The marquee race in the June 9 primary is the Democrats’ contest to select a challenger to face Republican U.S. Sen. David Perdue in the Nov. 3 general election.
This has become known as Senate race No. 1, in contrast with No. 2, the open primary Nov. 3 to fill the final two years in the term of retired Republican Sen. Johnny Isakson.
The Democratic headliners in No. 1 are Jon Ossoff, a documentary production company executive who electrified the party in 2017 in his unsuccessful run in the 6th Congressional District; Teresa Tomlinson, the former two-term mayor of Columbus; and Sarah Riggs Amico, executive of her family-owned trucking business, who was defeated in 2018 by Republican Geoff Duncan in a bid to become lieutenant governor.
If no candidate wins a majority of the votes cast, the top two finishers will move on to an Aug. 11 runoff.
Whichever Democrat advances will face an incumbent with a formidable war chest.
As of March 31, the most recent deadline for filing campaign finance reports, Perdue reported having more than $9 million cash on hand, compared with $1.825 million for Ossoff, $435,700 for Tomlinson, and $279,148 for Amico.
Though election forecasters currently rate the race as likely or leaning Republican, Perdue warned in April, “Here’s the reality: The state of Georgia is in play,” according to audio from a call with “Women for Trump,” obtained by CNN. “The Democrats have made it that way,” Perdue said.
“We have had our wake-up call in Georgia,” he said, citing the state’s recent history of increasingly tight elections. Perdue said he needs to win “twice the number of votes” than the more than 1.35 million he received in 2014 when he defeated Nunn with 52.9 percent of the vote. “The demographic moves against us. But we can still win this if we get out and make sure that all of our voters vote. That’s what this comes down to.”
The leading Democratic trio have tied Perdue to President Donald Trump at every turn, highlighting, among other issues, what they view as a poor response by the White House to the COVID-19 pandemic.
During an April 20 online forum hosted by the Jewish Democratic Council of America and Atlanta’s Jewish Democratic Women’s Salon, the 55-year-old Tomlinson took a not-too-veiled shot at her chief challengers. “It’s not a starter job. It’s not a business. It’s going to require someone who . . . will be ready on day one. I’m that candidate.”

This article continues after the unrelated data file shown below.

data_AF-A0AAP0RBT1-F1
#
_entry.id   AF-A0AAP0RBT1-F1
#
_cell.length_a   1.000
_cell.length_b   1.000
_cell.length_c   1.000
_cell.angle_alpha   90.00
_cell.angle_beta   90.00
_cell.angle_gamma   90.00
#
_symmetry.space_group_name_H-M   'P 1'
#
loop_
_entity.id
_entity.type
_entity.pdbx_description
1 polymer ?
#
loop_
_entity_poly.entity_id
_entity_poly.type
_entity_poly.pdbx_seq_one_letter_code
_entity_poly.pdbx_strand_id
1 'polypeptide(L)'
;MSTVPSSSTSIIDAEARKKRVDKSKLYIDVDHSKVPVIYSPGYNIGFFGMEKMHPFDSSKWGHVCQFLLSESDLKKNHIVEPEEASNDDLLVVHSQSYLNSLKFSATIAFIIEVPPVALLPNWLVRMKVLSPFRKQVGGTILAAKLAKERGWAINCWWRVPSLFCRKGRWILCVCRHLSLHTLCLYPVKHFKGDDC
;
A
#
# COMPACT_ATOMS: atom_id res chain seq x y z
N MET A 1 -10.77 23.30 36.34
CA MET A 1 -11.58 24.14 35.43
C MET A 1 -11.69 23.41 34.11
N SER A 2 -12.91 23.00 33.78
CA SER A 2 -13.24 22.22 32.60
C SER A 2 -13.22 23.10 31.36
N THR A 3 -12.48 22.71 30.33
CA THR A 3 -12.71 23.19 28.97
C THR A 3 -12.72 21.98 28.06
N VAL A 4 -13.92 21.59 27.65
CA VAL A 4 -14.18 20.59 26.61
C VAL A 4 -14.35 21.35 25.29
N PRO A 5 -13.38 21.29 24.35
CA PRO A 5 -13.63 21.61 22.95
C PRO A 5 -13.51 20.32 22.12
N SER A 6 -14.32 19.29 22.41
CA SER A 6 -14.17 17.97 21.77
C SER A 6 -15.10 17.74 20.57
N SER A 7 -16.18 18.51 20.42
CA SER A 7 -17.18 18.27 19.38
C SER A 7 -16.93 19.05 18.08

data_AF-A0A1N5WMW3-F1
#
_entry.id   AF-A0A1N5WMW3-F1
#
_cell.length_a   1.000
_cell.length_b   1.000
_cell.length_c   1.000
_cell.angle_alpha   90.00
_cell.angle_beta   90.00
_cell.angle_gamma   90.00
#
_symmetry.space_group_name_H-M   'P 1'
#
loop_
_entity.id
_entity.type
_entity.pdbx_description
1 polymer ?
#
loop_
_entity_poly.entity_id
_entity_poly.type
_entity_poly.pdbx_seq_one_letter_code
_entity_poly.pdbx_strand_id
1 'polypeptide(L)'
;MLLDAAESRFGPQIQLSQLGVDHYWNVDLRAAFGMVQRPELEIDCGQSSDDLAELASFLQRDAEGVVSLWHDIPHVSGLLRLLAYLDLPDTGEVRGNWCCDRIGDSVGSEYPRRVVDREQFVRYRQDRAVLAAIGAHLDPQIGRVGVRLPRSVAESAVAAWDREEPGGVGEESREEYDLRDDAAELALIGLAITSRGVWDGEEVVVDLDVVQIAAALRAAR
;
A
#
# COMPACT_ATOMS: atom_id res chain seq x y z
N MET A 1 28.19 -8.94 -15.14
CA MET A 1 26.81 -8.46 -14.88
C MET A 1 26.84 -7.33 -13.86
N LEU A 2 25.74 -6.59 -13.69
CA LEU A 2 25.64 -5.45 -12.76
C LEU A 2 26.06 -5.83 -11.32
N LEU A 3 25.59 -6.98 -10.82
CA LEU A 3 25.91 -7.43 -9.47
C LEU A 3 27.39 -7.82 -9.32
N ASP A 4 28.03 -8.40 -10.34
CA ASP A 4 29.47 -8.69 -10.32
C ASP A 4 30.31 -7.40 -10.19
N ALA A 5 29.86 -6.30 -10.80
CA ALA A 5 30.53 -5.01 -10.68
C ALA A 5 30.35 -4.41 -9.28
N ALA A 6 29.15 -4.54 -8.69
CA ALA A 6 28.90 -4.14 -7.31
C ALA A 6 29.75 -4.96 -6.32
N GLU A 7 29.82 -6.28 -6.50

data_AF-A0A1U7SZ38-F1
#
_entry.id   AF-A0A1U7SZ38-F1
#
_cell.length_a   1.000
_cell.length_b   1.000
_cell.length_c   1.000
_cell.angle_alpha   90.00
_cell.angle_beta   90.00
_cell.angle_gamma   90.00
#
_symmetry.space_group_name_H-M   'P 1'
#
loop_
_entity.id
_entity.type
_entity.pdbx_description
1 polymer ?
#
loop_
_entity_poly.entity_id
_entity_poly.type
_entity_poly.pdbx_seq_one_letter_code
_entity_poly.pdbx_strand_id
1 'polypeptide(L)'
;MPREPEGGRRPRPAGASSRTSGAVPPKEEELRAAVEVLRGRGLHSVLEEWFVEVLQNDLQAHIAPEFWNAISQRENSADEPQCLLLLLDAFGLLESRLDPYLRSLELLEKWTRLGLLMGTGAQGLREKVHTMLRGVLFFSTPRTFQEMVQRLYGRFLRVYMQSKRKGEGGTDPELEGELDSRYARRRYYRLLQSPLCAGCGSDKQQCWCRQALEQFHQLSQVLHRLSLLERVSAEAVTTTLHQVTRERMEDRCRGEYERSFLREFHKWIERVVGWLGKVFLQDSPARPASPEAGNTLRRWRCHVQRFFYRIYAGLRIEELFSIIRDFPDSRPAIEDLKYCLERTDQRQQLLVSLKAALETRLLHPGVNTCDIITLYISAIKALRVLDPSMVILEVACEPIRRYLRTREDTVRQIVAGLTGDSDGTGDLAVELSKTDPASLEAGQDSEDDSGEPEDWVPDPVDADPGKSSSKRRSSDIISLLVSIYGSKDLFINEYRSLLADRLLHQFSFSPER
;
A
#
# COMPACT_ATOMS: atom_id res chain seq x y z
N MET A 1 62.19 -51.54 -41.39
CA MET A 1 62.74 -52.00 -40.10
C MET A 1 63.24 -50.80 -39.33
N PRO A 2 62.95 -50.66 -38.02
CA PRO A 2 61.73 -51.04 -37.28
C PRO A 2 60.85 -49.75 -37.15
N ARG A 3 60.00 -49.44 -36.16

For his part, the 33-year-old Ossoff, who was a bar mitzvah at The Temple, said, “The margin of victory in November requires massive youth turnout. . . . David Perdue and his allies will try to turn my youth against me, but I believe my youth is my greatest strength and will carry us to victory in November.”
The 40-year-old Amico said, “They’re going to need a champion, not somebody who’s new to how to survive and help working people thrive in a down economy, but somebody who’s been battle tested and doing exactly that for the last 17 years as a business owner and business executive.”
Ossoff’s endorsements include Clarkston Mayor Ted Terry, who dropped out of the race to seek a seat on the DeKalb County Commission; Rep. John Lewis, from Georgia’s 5th District, whom Ossoff regards as a mentor; and Rep. Hank Johnson, from the 4th District, in whose Washington office Ossoff worked.
Tomlinson is backed by former U.S. Homeland Security Secretary Jeh Johnson; former Georgia Gov. Roy Barnes; former Sen. Max Cleland; former Rep. Buddy Darden; former Atlanta mayor and United Nations Ambassador Andrew Young; and former Georgia Supreme Court Justice Leah Sears.
Amico’s endorsements include the Communications Workers of America; the International Brotherhood of Electrical Workers Local 613; Bricklayers Local 8; the Sheet Metal, Air, Rail and Transportation Workers union; and the Southeastern Carpenters Regional Council.